In summary, you can be with the person. You can be a companion. You cannot fix them, but by listening deeply, acknowledging their hurt, honoring their tears, and asking them what would be helpful, you can ease some of their pain.

How the media got it wrong about depression

Today I was listening to the radio, when there was a story about how depression might be an allergic reaction to stress. I was surprised to hear how wrong the conclusions were about what causes depression, and how to treat it.

The story was about a neuroscientist who put a small mouse into a cage with a larger, more aggressive mouse.  This allowed the large mouse to bite and claw at the smaller one. The next day, a different large, aggressive mouse was put in, who proceeded to beat up the smaller mouse. This went on for 10 days.  After this, the scientists watched the small mouse interact with yet another mouse. They found that some of the abused mice avoided the new mouse. They also found that these mice had higher levels of chemicals called cytokines, which are present after injury or inflammation.

From this, the scientist concluded that depression was like an allergic reaction. Even my 14 year old son could see the flaws in this reasoning. Maybe the abused mice were avoiding the new mice because they were smart. After all, they had lost a cage fight each day for the last 10 days, so why would they want to interact with a new mouse. Maybe the abused mice had more cytokines because they just had their fur ripped out.

Finally, the clearest explanation is that the mice had just been terrorized. And seriously terrorized at that. It was the psychological injury that caused the avoidance and possible depression.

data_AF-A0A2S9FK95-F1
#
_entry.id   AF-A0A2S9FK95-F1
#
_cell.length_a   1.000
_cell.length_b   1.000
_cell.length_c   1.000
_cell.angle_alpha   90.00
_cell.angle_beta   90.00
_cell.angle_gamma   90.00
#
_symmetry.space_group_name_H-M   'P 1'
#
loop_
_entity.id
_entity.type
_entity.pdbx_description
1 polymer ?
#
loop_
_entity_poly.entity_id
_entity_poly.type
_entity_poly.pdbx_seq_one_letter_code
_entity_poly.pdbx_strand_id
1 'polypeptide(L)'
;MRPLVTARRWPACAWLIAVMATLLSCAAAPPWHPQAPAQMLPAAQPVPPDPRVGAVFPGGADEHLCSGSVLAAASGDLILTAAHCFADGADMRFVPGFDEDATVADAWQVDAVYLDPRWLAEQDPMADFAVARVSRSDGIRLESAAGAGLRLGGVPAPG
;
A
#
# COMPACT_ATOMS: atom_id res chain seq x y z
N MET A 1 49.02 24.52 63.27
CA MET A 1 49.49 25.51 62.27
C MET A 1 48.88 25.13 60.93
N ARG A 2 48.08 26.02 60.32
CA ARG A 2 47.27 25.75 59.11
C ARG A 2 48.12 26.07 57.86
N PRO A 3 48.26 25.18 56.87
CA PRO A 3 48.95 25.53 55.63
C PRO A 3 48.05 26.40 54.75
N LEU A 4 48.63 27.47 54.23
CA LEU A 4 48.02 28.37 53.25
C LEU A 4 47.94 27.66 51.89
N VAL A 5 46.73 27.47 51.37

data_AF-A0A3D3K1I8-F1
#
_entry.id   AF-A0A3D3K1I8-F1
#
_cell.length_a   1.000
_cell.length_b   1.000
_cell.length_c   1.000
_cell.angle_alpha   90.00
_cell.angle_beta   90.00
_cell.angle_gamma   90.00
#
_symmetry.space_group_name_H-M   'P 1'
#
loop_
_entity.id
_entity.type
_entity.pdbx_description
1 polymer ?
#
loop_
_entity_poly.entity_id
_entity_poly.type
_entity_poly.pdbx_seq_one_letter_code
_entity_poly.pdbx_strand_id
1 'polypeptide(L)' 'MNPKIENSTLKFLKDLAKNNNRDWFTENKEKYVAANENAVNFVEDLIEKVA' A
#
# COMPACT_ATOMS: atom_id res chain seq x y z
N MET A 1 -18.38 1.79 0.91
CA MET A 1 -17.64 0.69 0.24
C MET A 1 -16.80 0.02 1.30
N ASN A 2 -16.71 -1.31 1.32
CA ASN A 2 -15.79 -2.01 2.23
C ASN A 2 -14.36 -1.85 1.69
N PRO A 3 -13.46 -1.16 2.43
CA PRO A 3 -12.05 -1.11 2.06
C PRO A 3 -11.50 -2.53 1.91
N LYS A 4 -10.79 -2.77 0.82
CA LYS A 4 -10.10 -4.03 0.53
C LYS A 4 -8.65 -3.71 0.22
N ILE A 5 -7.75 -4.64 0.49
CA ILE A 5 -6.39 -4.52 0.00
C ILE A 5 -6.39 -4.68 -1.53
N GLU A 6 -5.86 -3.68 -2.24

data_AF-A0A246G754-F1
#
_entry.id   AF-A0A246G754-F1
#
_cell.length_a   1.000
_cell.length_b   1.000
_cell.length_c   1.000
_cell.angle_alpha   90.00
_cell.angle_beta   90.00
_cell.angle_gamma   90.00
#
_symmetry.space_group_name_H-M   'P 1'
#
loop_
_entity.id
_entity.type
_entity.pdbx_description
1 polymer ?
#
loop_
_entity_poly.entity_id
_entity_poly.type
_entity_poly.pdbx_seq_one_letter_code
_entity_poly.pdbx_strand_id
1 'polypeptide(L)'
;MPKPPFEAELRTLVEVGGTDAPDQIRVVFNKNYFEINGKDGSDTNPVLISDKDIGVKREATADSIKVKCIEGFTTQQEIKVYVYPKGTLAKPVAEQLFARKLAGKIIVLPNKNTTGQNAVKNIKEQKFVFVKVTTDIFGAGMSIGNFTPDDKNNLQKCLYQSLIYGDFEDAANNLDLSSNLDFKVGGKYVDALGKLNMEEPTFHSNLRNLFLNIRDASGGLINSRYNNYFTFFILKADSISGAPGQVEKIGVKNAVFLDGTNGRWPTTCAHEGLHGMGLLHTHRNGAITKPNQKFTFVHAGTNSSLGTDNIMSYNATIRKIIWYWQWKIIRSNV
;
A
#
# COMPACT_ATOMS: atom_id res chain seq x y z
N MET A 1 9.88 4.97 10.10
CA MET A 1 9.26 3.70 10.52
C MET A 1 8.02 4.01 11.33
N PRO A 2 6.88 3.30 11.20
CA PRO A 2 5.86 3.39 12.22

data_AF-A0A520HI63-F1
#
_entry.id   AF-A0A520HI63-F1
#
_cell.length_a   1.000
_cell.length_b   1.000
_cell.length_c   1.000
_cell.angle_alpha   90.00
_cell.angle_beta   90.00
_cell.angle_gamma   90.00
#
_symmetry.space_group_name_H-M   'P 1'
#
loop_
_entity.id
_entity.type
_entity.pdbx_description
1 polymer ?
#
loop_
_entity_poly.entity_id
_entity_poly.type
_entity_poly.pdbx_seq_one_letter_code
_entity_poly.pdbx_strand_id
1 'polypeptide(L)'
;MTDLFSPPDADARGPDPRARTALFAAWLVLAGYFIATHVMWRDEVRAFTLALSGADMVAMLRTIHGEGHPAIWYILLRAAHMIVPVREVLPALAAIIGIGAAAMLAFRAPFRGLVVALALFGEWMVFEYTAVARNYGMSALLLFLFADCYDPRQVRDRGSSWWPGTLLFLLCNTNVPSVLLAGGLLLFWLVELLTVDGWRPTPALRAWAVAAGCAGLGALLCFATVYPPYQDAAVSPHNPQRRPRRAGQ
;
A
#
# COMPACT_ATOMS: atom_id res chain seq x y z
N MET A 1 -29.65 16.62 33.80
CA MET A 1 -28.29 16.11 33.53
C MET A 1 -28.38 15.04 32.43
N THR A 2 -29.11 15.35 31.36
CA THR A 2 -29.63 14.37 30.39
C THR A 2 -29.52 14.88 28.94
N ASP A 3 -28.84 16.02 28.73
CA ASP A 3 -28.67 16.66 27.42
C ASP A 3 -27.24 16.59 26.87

I see this over and over in my psychotherapy work with clients. They are depressed because they had an alcoholic father. Or they are depressed because their mother was very critical and negative. Or they are depressed because their manager sneers at and mocks them. These psychological injuries of abuse, or unending criticism, or parental neglect are what causes depression.

And the treatment is psychotherapy. When clients experience understanding and empathy, then the psychological injuries start to heal. They are able to shift their beliefs about themselves, and become more positive. They do not need a pill that suppresses interleukin 6. They need the mix of deep understanding, and practical tools, that therapy offers to help them recover from the emotional damage of the past.

What is the best treatment for depression?

More people are taking antidepressant pills than any other category of medication.  But is this the best treatment for depression?  Is psychotherapy better?  To answer these crucial questions, I played into the scientific literature.  The results were not what I expected.  I explain what they are in this talk.  This will help you decide what the best treatment is for you.